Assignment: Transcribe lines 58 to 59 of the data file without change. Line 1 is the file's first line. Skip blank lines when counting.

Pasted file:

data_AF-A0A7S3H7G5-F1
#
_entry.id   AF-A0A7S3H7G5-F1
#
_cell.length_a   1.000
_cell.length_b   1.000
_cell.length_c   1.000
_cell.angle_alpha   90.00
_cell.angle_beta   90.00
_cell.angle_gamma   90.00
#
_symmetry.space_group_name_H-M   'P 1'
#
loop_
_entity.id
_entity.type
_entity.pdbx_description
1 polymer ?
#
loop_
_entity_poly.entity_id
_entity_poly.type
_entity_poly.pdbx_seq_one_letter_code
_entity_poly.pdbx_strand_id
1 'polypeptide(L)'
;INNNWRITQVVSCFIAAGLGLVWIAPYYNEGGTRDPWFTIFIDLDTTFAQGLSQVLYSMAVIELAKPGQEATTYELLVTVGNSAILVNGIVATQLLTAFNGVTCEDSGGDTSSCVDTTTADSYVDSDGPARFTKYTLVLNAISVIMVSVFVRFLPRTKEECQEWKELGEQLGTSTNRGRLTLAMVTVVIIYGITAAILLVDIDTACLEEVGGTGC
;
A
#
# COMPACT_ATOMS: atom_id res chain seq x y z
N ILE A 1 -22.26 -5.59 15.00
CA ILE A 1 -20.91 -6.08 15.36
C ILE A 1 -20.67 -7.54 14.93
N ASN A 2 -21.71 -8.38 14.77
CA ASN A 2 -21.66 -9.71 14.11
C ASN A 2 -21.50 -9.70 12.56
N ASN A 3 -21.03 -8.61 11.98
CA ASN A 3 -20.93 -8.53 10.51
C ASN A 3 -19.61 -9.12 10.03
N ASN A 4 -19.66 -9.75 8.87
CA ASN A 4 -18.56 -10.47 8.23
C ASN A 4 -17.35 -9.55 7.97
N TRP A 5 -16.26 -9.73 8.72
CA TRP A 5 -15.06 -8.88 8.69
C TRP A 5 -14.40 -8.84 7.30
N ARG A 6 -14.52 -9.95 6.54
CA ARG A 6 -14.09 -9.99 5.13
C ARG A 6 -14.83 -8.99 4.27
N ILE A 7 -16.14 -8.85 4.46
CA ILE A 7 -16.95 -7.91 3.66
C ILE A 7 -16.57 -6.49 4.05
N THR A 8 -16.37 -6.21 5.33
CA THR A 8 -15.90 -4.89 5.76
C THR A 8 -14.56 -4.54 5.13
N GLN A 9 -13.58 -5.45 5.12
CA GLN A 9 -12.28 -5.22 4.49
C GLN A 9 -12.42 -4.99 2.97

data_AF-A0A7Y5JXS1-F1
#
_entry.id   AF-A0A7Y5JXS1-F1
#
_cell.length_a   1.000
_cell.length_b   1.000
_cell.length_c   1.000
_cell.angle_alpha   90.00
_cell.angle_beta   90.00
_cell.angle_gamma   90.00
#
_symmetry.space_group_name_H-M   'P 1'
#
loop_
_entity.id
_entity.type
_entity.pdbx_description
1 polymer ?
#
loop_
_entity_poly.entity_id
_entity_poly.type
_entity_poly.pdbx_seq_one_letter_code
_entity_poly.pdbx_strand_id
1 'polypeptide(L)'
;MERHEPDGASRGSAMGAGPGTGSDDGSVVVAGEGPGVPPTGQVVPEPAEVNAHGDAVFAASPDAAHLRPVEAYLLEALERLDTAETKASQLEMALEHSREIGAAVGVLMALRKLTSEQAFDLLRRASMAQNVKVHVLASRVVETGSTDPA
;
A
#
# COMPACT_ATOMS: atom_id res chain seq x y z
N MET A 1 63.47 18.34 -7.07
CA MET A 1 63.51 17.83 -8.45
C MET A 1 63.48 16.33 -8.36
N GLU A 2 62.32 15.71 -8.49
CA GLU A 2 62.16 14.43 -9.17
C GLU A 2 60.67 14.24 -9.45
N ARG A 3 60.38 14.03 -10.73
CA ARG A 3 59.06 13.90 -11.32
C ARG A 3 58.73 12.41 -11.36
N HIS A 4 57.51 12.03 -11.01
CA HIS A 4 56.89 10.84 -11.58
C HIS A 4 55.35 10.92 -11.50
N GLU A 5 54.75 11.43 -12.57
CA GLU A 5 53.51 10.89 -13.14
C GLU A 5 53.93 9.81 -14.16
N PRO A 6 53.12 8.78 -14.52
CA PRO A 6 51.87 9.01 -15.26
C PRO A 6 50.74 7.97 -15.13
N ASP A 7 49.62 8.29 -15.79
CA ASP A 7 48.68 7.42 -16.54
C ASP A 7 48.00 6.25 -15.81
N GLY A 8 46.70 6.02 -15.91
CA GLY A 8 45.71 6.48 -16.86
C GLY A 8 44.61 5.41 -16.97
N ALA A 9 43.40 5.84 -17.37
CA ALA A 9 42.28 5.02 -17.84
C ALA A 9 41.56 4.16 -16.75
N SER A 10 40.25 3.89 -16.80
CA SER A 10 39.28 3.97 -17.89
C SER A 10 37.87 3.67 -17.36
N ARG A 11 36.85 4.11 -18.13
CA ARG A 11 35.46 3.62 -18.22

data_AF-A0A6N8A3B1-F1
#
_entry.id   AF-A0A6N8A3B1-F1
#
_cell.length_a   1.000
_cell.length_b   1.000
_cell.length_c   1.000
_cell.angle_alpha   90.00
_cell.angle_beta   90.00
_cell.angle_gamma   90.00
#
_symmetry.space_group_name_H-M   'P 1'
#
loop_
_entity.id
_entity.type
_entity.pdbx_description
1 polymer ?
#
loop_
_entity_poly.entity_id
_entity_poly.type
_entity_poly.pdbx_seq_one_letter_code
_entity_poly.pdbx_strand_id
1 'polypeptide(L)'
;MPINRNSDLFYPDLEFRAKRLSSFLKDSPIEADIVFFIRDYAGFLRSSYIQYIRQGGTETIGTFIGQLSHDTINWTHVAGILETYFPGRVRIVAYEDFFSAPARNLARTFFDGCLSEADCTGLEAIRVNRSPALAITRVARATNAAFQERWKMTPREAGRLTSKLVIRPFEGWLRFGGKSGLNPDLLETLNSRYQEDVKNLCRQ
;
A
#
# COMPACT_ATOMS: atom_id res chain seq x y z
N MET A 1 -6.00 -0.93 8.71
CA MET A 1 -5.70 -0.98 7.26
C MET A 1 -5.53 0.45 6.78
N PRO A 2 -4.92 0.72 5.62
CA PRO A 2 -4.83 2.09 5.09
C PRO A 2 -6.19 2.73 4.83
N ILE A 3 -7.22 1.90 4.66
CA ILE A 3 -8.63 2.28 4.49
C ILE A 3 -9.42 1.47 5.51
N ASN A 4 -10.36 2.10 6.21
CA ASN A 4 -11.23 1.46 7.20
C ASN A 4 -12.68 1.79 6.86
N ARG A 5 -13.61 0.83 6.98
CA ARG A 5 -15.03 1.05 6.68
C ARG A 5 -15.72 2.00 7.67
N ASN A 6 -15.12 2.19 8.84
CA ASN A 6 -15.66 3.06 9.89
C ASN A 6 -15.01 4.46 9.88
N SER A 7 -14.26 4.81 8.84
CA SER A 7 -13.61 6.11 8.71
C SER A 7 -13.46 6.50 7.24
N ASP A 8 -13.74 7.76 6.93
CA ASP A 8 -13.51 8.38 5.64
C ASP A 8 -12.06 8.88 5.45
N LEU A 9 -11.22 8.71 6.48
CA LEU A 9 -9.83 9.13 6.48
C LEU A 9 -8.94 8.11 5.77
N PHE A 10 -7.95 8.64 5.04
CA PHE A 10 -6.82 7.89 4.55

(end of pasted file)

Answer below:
data_AF-A0A7Y5JXS1-F1
#